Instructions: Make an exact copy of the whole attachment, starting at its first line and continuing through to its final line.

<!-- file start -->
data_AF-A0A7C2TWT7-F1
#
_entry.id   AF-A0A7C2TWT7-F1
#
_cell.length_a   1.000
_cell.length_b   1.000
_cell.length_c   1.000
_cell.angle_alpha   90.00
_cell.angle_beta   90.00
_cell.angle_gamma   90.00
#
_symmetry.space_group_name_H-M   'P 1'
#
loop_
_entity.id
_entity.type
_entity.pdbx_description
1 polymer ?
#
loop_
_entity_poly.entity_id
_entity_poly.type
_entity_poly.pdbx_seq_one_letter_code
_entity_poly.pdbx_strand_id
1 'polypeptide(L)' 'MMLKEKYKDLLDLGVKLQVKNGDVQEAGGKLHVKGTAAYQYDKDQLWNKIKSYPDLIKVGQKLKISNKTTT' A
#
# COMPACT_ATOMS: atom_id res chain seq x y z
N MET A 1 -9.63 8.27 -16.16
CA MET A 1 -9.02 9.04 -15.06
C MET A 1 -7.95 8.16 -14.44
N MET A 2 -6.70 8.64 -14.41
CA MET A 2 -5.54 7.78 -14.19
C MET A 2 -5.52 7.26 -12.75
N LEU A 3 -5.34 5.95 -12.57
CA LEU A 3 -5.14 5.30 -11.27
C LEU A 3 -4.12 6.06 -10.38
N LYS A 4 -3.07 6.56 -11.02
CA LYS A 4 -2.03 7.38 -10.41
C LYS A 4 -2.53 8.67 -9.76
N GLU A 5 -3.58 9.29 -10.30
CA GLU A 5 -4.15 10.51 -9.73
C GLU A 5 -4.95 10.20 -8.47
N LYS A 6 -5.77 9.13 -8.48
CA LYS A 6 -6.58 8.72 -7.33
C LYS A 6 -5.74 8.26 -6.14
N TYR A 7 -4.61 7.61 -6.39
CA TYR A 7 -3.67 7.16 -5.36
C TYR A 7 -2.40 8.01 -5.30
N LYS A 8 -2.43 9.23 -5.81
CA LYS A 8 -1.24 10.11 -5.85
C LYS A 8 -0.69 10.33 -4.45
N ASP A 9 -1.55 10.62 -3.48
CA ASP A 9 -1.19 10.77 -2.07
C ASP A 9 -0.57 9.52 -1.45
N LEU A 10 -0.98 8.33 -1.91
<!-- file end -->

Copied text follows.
data_AF-A0A7C2TWT7-F1
#
_entry.id   AF-A0A7C2TWT7-F1
#
_cell.length_a   1.000
_cell.length_b   1.000
_cell.length_c   1.000
_cell.angle_alpha   90.00
_cell.angle_beta   90.00
_cell.angle_gamma   90.00
#
_symmetry.space_group_name_H-M   'P 1'
#
loop_
_entity.id
_entity.type
_entity.pdbx_description
1 polymer ?
#
loop_
_entity_poly.entity_id
_entity_poly.type
_entity_poly.pdbx_seq_one_letter_code
_entity_poly.pdbx_strand_id
1 'polypeptide(L)' 'MMLKEKYKDLLDLGVKLQVKNGDVQEAGGKLHVKGTAAYQYDKDQLWNKIKSYPDLIKVGQKLKISNKTTT' A
#
# COMPACT_ATOMS: atom_id res chain seq x y z
N MET A 1 -9.63 8.27 -16.16
CA MET A 1 -9.02 9.04 -15.06
C MET A 1 -7.95 8.16 -14.44
N MET A 2 -6.70 8.64 -14.41
CA MET A 2 -5.54 7.78 -14.19
C MET A 2 -5.52 7.26 -12.75
N LEU A 3 -5.34 5.95 -12.57
CA LEU A 3 -5.14 5.30 -11.27
C LEU A 3 -4.12 6.06 -10.38
N LYS A 4 -3.07 6.56 -11.02
CA LYS A 4 -2.03 7.38 -10.41
C LYS A 4 -2.53 8.67 -9.76
N GLU A 5 -3.58 9.29 -10.30
CA GLU A 5 -4.15 10.51 -9.73
C GLU A 5 -4.95 10.20 -8.47
N LYS A 6 -5.77 9.13 -8.48
CA LYS A 6 -6.58 8.72 -7.33
C LYS A 6 -5.74 8.26 -6.14
N TYR A 7 -4.61 7.61 -6.39
CA TYR A 7 -3.67 7.16 -5.36
C TYR A 7 -2.40 8.01 -5.30
N LYS A 8 -2.43 9.23 -5.81
CA LYS A 8 -1.24 10.11 -5.85
C LYS A 8 -0.69 10.33 -4.45
N ASP A 9 -1.55 10.62 -3.48
CA ASP A 9 -1.19 10.77 -2.07
C ASP A 9 -0.57 9.52 -1.45
N LEU A 10 -0.98 8.33 -1.91